3. Focus. In the recent best seller, The 4 Disciplines of Execution by Chris McChesney, Sean Covey and Jim Huling, note that 70% of strategic goals are NOT achieved. The book points out that the more narrow the focus, the greater opportunity for success. Light when tightly focused becomes a laser beam. The laws of physics apply to strategic plan execution as well. My clients are encouraged to choose one “WIG” or Widely Important Goal as the book suggests. Multiple goals become “PIGS” or Pretty Important Goals that will distract from precision execution. Many entrepreneurs fight this concept. Saying no is not their style; all ideas have to be chased. Brainstorm what needs to change to address the focused SWOT. Rank this list, refine the ranking and then choose one. Steve Jobs created his success in being selective on what Apple pursued, saying no to great ideas. Only the most fit idea survives.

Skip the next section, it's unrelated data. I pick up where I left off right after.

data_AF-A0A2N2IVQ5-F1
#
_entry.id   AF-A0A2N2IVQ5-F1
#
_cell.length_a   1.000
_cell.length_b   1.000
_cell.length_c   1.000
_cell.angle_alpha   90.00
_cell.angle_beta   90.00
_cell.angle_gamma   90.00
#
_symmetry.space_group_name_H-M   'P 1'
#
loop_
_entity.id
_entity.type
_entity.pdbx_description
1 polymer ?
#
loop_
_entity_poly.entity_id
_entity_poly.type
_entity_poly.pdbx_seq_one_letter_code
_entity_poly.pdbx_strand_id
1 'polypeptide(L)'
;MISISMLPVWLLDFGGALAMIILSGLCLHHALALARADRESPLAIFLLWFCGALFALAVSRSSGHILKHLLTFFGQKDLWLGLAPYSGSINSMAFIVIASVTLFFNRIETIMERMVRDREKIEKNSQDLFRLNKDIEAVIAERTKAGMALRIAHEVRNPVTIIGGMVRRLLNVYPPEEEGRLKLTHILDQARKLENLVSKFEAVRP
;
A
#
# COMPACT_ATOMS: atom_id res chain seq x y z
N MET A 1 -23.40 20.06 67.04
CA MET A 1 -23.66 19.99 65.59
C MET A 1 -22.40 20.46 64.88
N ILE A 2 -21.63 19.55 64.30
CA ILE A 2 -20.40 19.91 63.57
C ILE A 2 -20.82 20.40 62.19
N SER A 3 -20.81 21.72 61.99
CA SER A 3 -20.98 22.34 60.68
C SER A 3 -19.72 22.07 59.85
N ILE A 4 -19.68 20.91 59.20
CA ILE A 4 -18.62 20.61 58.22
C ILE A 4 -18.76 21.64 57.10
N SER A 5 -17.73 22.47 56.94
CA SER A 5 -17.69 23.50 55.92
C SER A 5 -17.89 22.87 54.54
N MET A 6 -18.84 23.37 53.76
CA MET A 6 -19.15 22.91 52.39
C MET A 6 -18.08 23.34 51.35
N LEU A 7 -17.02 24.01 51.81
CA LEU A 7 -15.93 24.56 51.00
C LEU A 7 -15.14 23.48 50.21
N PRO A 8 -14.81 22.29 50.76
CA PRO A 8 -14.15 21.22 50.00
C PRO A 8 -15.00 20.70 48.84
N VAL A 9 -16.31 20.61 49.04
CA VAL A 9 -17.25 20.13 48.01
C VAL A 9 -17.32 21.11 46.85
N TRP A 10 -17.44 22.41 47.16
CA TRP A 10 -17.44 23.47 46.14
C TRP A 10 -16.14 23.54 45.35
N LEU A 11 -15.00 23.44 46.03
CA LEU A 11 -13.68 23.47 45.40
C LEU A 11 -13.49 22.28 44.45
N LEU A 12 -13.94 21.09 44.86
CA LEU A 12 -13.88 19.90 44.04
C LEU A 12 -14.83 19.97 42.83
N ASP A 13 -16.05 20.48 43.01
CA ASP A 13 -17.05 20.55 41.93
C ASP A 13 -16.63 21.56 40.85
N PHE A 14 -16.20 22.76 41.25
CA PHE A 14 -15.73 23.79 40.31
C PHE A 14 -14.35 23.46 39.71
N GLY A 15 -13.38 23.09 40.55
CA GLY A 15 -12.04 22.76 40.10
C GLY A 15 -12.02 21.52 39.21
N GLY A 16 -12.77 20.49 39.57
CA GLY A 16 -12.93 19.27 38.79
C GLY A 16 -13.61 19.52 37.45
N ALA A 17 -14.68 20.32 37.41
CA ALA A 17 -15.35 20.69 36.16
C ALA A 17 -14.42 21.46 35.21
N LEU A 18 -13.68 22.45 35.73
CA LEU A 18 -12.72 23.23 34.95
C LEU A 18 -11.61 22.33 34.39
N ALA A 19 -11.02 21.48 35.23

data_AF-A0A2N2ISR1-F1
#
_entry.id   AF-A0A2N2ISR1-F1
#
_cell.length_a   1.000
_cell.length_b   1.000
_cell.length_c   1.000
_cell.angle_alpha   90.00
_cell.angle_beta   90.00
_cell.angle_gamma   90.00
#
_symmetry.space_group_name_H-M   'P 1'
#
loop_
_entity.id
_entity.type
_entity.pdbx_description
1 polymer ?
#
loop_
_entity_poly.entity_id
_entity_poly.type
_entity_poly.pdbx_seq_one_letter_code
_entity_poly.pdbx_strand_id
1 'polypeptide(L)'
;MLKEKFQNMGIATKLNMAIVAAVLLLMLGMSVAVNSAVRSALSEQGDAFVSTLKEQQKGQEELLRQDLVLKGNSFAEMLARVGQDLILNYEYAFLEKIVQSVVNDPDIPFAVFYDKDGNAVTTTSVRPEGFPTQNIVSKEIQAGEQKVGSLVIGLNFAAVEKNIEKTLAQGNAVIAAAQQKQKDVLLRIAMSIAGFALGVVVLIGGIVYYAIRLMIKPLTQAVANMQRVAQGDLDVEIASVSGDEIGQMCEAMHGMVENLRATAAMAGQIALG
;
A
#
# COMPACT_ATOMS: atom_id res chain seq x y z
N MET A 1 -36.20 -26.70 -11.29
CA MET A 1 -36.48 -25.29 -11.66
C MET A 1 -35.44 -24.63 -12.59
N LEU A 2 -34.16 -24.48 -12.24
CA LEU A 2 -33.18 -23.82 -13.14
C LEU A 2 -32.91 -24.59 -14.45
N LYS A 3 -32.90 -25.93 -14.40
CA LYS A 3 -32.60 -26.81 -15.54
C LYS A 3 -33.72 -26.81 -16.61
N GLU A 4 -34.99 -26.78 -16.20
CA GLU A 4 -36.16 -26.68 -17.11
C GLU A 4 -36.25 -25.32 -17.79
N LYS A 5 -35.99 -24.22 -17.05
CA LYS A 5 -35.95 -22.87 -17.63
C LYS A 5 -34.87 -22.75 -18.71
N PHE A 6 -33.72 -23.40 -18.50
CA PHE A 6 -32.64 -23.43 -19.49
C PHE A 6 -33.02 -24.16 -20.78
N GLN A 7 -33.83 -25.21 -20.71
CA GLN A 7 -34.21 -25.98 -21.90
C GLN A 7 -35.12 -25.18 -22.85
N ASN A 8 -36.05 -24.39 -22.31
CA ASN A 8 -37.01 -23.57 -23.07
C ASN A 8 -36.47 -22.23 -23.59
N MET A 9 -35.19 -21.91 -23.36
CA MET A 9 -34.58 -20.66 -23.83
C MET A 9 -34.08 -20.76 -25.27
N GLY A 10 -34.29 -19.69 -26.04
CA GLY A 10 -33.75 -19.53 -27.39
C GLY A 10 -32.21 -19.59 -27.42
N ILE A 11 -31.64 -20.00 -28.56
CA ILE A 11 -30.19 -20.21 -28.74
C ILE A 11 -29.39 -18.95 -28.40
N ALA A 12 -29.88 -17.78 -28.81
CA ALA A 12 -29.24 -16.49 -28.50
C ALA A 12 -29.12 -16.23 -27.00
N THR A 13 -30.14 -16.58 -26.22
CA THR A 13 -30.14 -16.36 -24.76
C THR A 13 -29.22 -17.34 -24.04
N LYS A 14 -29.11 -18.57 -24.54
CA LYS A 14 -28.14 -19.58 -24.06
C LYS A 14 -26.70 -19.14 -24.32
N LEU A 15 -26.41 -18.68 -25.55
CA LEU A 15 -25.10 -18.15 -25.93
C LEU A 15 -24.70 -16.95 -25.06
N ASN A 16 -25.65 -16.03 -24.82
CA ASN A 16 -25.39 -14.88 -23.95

Research has shown that firms who set:

  • 10 or more goals achieve none

  • 4-10 goals may achieve 2

  • 1-3 goals may achieve 1 or 2

4. Leverage. If you do not measure, you will not win. The WIG must be expressed in certain terms that have a finish line. Express the goal in “X to Y by When” format with clear starting and finishing measures. Achievers are driven to success but they thrive when success is defined up front. However the WIG cannot be influenced. It is after the fact. It is vital to established Lead Measures to leverage performance. Set strong lead measures that predict success and are within the control of your team. In legendary basketball Coach Dean Smith’s book Basketball – Multiple Offense and Defense he taught that you cannot control the final score; however certain behaviors, when executed will result in a win. For his teams, the players focused on actionable lead measures like assist to turnover ratio and points per possession. When those numbers moved in the right direction, the team won.